I’m sure you’ve all heard about the growing wild popularity of the outdoor sport of “wild swimming.” That is, the sport of entering near-freezing water without a wetsuit, even in the middle of winter. To be a “wild swimmer,” one needn’t be an accomplished sportsperson, but instead must be crazy enough to step into frigid water outdoors – the sea, a lake, a river- and… breathe. That’s right – breathe.
As someone who has in the past few years become a rather avid all-year-round sea swimmer, I can tell you that it’s true: provided the conditions are calm and welcoming, it’s very simple. All you need to do is walk into the water, until it’s up to your neck, and breathe.
You see, it’s very a human response, when extremely cold, to become breathless. I know this happened to me the first time I tried sea swimming in Ballycastle on the north coast – my whole body tensed up, the alarm bells of panic started ringing inside of me, and I was out of the water in a flash. That was in August.
Now, I swim easily in January. How?
I learned to breathe. As the water comes up over your shoulders, and you feel yourself becoming breathless, those minutes are the most important. If you breathe, slowly, in and out, your body loses its sense of panic and begins to relax.
As my tolerance increased, I began to experience the feeling of joy that wild swimming is becoming known for. Soon, my breathing became an act of trust in what would come: the sense of wellbeing that would wash over me and stay with me the rest of the day.
Sea swimming has taught me to breathe through the uncomfortable and to trust not only that my body can handle it, but that something good is to come.
I find myself breathing, these days, when stress threatens to overwhelm me – when my daughter is tearing her hair out trying to get her homework turned in online with only minutes to spare; when my son’s ipad crashes in the middle of his virtual class; when the needs and demands of work and homeschool and housework, and never having enough space to myself, leaving me feeling breathless.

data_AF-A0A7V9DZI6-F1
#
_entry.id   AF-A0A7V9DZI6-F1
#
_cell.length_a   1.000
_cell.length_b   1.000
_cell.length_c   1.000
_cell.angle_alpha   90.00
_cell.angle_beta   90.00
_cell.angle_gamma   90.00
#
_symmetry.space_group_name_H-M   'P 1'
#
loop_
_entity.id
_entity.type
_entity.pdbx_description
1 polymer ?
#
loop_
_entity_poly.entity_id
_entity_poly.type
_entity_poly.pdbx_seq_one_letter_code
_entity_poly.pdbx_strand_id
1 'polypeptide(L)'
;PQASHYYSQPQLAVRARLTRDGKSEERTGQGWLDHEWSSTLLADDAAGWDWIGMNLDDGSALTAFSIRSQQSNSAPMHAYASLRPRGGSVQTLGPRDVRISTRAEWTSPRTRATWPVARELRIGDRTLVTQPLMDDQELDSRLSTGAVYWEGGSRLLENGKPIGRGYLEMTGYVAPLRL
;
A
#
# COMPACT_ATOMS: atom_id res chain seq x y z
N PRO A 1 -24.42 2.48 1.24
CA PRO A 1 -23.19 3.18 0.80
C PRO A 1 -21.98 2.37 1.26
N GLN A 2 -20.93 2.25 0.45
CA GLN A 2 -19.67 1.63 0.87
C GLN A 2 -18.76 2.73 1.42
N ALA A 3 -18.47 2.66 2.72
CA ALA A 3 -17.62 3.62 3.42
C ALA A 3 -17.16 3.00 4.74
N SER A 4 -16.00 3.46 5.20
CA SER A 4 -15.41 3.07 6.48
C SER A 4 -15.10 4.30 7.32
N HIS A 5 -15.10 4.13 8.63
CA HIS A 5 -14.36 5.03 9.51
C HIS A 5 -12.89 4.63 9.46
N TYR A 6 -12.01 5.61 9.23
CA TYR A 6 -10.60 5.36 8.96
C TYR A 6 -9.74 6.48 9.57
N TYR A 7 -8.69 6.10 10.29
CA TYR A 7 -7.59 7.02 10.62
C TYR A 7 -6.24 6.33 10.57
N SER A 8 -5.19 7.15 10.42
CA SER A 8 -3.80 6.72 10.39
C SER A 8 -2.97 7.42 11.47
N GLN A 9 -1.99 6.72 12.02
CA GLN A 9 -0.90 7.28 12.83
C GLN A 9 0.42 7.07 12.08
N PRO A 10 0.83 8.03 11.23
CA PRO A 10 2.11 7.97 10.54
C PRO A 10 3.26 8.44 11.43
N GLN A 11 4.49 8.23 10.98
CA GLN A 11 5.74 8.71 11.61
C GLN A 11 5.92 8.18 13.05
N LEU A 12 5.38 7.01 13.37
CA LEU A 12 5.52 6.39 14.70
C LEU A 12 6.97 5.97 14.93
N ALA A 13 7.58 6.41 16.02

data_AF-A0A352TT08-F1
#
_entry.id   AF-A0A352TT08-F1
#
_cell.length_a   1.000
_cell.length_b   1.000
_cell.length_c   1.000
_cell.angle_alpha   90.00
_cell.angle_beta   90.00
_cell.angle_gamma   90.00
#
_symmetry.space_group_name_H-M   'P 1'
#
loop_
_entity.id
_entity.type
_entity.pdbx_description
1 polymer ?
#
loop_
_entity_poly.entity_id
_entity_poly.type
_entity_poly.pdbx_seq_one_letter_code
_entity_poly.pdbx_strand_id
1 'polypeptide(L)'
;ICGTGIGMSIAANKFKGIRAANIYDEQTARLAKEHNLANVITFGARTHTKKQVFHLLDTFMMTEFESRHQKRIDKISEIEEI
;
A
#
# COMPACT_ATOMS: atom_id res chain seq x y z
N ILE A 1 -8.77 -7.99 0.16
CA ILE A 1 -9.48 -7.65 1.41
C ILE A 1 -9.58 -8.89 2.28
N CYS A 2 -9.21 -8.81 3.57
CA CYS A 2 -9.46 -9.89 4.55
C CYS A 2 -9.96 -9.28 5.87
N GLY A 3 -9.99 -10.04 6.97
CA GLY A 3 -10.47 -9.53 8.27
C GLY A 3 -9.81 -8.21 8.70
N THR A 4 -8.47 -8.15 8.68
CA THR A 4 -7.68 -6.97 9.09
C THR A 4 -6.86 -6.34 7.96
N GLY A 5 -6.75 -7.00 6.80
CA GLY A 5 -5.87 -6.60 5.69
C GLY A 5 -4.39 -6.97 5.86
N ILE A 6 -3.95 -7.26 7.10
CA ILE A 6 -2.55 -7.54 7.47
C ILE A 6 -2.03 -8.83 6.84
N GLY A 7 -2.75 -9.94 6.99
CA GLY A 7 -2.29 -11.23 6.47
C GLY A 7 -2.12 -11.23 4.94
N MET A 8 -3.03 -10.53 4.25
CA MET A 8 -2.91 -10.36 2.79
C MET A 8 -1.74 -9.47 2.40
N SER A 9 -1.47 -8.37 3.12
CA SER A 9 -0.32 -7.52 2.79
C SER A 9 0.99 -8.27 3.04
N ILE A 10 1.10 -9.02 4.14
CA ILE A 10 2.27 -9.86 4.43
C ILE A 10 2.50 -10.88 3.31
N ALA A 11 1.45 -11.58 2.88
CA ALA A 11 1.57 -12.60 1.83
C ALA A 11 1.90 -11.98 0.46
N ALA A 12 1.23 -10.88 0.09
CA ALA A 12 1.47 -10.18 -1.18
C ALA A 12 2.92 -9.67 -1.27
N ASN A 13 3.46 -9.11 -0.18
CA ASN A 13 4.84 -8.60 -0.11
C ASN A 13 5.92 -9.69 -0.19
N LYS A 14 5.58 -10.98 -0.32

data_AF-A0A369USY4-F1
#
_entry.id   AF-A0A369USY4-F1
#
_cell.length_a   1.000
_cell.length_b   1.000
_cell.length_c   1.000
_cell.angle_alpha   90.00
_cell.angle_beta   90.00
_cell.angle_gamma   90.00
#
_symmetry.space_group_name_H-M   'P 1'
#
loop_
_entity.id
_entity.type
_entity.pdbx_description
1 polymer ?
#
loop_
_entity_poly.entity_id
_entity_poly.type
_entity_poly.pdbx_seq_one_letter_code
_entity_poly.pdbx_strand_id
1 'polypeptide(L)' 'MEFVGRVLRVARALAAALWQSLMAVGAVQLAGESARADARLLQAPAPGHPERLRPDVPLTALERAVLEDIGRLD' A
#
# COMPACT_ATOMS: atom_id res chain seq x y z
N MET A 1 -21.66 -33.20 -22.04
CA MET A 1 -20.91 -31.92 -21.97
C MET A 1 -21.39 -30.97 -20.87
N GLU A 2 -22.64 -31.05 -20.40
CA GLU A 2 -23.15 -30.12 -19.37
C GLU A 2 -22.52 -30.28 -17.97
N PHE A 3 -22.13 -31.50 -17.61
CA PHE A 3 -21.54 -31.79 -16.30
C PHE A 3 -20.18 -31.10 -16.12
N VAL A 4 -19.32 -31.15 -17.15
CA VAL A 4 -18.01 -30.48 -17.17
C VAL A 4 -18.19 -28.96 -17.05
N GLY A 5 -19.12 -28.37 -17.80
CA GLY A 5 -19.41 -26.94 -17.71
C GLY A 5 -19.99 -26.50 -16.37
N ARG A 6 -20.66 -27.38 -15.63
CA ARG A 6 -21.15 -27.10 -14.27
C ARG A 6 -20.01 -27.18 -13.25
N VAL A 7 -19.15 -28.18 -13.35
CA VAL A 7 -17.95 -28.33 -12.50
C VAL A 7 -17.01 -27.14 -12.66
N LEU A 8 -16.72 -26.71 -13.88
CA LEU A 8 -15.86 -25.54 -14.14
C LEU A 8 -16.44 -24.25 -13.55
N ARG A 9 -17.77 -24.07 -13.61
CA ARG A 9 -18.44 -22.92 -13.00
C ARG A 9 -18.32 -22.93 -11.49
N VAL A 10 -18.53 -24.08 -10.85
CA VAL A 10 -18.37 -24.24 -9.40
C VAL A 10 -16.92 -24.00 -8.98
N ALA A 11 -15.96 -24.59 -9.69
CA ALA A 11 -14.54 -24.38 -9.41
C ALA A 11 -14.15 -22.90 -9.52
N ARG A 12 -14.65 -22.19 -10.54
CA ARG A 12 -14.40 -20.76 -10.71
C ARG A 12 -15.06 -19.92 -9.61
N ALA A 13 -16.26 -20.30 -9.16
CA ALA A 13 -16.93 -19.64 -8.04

At those moments, I find myself breathing. In, out, in, out. Long, slow breaths. An act of trust that this moment too shall pass, and that a sense of calm will return.
Don’t we all need to remember to breathe, these days. We so easily slip into a state of panic, the alarm bells ringing about the threat of COVID, the fears for the future, the state of the world, the struggles of the multitude of responsibilities we all carry in our own ways.
Just when we’re tempted to turn on our heels and give up – as I did on my first swim – that’s when we can call up the most simple act: to breathe. To breathe long, slow breaths, reminding our bodies, our minds, our hearts, our souls that we can trust that it will be ok.
For at the root of our faith is the belief that God can bring goodness out of even the most trying of situations.
So let’s breathe. In, out, and trust that joy and peace and hope and a sense of wellbeing will come.
Let us pray. Breath of life, when panic and stress rise up within us, breathe your calming spirit into us, and with that breath, remind us that your goodness will always prevail. In your holy name we pray, Amen.
In a strange collision of circumstances, I was also featured in a BBC documentary the night before I offered this prayer. The sea swimmers recorded this last summer, as a part of a series on The Glens of Antrim, where I live. The Ballycastle Swimrise Group have been a lifeline to me over the past year – prior to COVID and through COVID. Sea swimming has breathed life into me in so many ways! Click the link below to catch a glimpse of sea swimming in Ballycastle, Northern Ireland.